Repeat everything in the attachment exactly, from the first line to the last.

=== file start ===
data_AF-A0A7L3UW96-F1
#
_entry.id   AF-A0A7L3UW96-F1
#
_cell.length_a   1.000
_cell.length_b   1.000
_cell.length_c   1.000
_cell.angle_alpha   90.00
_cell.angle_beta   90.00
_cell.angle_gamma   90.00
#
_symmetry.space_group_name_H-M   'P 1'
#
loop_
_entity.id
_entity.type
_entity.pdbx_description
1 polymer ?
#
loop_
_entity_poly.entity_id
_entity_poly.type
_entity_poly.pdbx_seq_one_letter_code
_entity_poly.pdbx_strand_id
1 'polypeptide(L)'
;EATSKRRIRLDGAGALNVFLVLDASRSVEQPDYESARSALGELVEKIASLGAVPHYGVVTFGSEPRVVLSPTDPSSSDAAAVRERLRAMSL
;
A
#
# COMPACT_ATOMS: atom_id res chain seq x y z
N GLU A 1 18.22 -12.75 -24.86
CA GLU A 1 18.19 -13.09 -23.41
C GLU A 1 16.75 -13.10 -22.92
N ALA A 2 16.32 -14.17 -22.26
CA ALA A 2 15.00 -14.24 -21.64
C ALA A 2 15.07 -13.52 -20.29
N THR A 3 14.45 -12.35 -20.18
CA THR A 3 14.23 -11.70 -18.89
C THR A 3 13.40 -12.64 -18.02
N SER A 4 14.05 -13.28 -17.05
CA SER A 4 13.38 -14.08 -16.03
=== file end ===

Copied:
data_AF-A0A7L3UW96-F1
#
_entry.id   AF-A0A7L3UW96-F1
#
_cell.length_a   1.000
_cell.length_b   1.000
_cell.length_c   1.000
_cell.angle_alpha   90.00
_cell.angle_beta   90.00
_cell.angle_gamma   90.00
#
_symmetry.space_group_name_H-M   'P 1'
#
loop_
_entity.id
_entity.type
_entity.pdbx_description
1 polymer ?
#
loop_
_entity_poly.entity_id
_entity_poly.type
_entity_poly.pdbx_seq_one_letter_code
_entity_poly.pdbx_strand_id
1 'polypeptide(L)'
;EATSKRRIRLDGAGALNVFLVLDASRSVEQPDYESARSALGELVEKIASLGAVPHYGVVTFGSEPRVVLSPTDPSSSDAAAVRERLRAMSL
;
A
#
# COMPACT_ATOMS: atom_id res chain seq x y z
N GLU A 1 18.22 -12.75 -24.86
CA GLU A 1 18.19 -13.09 -23.41
C GLU A 1 16.75 -13.10 -22.92
N ALA A 2 16.32 -14.17 -22.26
CA ALA A 2 15.00 -14.24 -21.64
C ALA A 2 15.07 -13.52 -20.29
N THR A 3 14.45 -12.35 -20.18
CA THR A 3 14.23 -11.70 -18.89
C THR A 3 13.40 -12.64 -18.02
N SER A 4 14.05 -13.28 -17.05
CA SER A 4 13.38 -14.08 -16.03